Author + information
- Received November 27, 2017
- Revision received February 21, 2018
- Accepted February 25, 2018
- Published online May 7, 2018.
- Gerasimos Siasos, MD, PhDa,
- Jaskanwal D. Sara, MBChBb,
- Marina Zaromytidou, MD, PhDa,
- Kyoung H. Park, MD, PhDb,
- Ahmet Umit Coskun, PhDa,
- Lilach O. Lerman, MD, PhDb,
- Evangelos Oikonomou, MD, PhDc,
- Charles C. Maynard, PhDd,
- Dimitris Fotiadis, PhDe,
- Kostas Stefanou, PhDe,
- Michail Papafaklis, MD, PhDe,
- Lampros Michalis, MD, PhDe,
- Charles Feldman, ScDa,∗,
- Amir Lerman, MDb,† and
- Peter H. Stone, MDa,†∗ ()
- aBrigham and Women’s Hospital, Harvard Medical School, Boston, Massachusetts
- bDivision of Cardiovascular Disease, Mayo Clinic, Rochester, Minnesota
- c1st Department of Cardiology, National and Kapodistrian University of Athens Medical School, Hippokration Hospital, Athens, Greece
- dUniversity of Washington, Seattle, Washington
- eMedical School, University of Ioannina, Ioannina, Greece
- ↵∗Address for correspondence:
Dr. Peter H. Stone, Cardiovascular Division, Brigham & Women’s Hospital, 75 Francis Street, Boston, Massachusetts 02115.
Background Local hemodynamic factors are important determinants of atherosclerotic plaque development and progression.
Objectives The goal of this study was to determine the association between low endothelial shear stress (ESS) and microvascular and epicardial endothelial dysfunction in patients with early atherosclerosis.
Methods Sixty-five patients (mean age 52 ± 11 years) with nonobstructive coronary atherosclerosis (luminal diameter stenosis <30%) were included. Microvascular and epicardial coronary endothelial function was assessed by using intracoronary acetylcholine infusion. Vascular profiling, using 2-plane coronary angiography and intravascular ultrasound, was used to reconstruct the three-dimensional anatomy of the left anterior descending artery. Each reconstructed artery was divided into sequential 3-mm segments and analyzed for local ESS with computational fluid dynamics; that is, lower ESS levels at both a 3-mm regional level (average ESS and low ESS) and at a vessel level (lowest ESS per artery) and for plaque characteristics (plaque area, plaque thickness, and plaque burden).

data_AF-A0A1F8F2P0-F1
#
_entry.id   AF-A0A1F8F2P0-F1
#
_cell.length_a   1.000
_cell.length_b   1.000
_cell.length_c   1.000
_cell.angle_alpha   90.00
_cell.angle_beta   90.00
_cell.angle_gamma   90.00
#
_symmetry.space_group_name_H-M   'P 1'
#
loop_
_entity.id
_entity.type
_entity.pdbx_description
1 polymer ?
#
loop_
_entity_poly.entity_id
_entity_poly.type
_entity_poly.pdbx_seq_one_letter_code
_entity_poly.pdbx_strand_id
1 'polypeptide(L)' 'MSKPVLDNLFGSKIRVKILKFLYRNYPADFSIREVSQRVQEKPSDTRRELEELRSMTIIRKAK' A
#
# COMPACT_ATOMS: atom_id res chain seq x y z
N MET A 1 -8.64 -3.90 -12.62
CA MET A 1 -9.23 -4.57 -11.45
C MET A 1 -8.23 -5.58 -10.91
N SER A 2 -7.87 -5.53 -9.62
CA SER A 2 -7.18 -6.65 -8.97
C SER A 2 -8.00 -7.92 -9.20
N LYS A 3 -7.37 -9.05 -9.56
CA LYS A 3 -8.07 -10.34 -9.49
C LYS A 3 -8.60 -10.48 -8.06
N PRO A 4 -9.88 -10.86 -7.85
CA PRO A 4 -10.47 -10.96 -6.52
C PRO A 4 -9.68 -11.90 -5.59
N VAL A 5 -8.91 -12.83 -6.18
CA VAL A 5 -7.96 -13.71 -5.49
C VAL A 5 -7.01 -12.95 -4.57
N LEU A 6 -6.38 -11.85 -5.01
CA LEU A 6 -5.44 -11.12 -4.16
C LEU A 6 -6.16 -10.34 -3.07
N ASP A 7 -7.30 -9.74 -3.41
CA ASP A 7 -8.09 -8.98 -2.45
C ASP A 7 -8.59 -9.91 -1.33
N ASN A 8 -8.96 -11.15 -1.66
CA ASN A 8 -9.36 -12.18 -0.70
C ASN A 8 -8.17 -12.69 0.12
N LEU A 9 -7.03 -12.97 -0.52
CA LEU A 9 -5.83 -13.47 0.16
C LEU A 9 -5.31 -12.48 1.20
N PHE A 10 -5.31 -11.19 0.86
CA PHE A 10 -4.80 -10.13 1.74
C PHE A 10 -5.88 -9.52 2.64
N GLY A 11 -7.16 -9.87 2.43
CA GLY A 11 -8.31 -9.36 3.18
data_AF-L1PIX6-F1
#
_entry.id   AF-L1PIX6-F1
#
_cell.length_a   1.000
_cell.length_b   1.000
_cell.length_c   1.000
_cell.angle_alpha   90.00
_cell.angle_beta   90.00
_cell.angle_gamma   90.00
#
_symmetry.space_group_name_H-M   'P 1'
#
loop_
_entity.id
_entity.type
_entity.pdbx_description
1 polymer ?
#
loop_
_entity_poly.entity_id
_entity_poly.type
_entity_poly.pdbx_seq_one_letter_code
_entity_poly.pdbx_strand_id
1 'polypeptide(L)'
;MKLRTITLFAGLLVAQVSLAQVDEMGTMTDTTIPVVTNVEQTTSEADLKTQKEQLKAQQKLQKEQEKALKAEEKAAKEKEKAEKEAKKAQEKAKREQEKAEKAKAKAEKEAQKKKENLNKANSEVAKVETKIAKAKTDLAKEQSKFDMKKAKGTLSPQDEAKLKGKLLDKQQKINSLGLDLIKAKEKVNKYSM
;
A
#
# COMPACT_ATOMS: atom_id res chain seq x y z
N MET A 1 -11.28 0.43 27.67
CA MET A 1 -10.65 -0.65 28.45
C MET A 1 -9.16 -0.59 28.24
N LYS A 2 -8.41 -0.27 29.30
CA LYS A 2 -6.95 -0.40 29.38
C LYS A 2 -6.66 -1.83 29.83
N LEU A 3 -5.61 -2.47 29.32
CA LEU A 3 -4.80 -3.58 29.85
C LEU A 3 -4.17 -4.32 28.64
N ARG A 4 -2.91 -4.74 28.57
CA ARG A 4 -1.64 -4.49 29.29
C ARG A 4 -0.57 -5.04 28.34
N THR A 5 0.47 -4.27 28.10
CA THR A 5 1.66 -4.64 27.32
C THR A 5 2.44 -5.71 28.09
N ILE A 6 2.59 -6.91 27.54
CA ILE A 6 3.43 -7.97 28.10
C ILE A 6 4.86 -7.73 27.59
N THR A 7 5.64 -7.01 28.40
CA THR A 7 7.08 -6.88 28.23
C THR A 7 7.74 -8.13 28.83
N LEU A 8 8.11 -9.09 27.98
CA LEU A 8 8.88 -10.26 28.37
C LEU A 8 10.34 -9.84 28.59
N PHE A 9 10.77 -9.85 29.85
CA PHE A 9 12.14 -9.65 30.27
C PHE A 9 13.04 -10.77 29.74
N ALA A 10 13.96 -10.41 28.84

Results Coronary segments in arteries with abnormal microvascular function exhibited lower ESS compared with segments in arteries with normal microvascular function (average ESS: 1.67 ± 1.04 Pa vs. 2.03 ± 1.72 Pa [p = 0.050]; lowest ESS: 0.54 ± 0.25 Pa vs. 0.72 ± 0.32 Pa [p = 0.014]). Coronary segments in arteries with abnormal epicardial endothelial function also exhibited significantly lower ESS compared with segments in arteries with normal epicardial function (average ESS: 1.49 ± 0.89 Pa vs. 1.93 ± 1.50 Pa [p < 0.0001]; low ESS: 1.26 ± 0.81 Pa vs. 1.56 ± 1.30 Pa [p = 0.001]; lowest ESS: 0.51 ± 0.27 Pa vs. 0.65 ± 0.29 Pa [p = 0.080]). Patients with abnormal microvascular endothelial function exhibited a progressive decrease in average and low ESS, starting from patients with normal epicardial endothelial function to those with both microvascular and epicardial endothelial dysfunction (p < 0.0001 and p = 0.004, respectively).
Conclusions These data indicate an association between dysfunction of the microvascular and epicardial endothelium and local ESS at the early stages of coronary atherosclerosis in humans.
- coronary artery disease
- endothelial function
- endothelial shear stress
- microvascular disease
↵† Drs. Lerman and Stone contributed equally to this work and are joint senior authors.
This work was supported by the National Institutes of Health (grants HL-92954 and AG-31750) and the Mayo Foundation. Dr. Stone’s laboratory was supported by the generosity of the Schaubert Family and the George Behrakis Research Foundation, as well as a St. Jude Medical Fellowship. Dr. Lerman has received a consulting fee from Volcano Corporation. All other authors have reported that they have no other relationships relevant to the contents of this paper to disclose.
- Received November 27, 2017.
- Revision received February 21, 2018.
- Accepted February 25, 2018.
- 2018 American College of Cardiology Foundation
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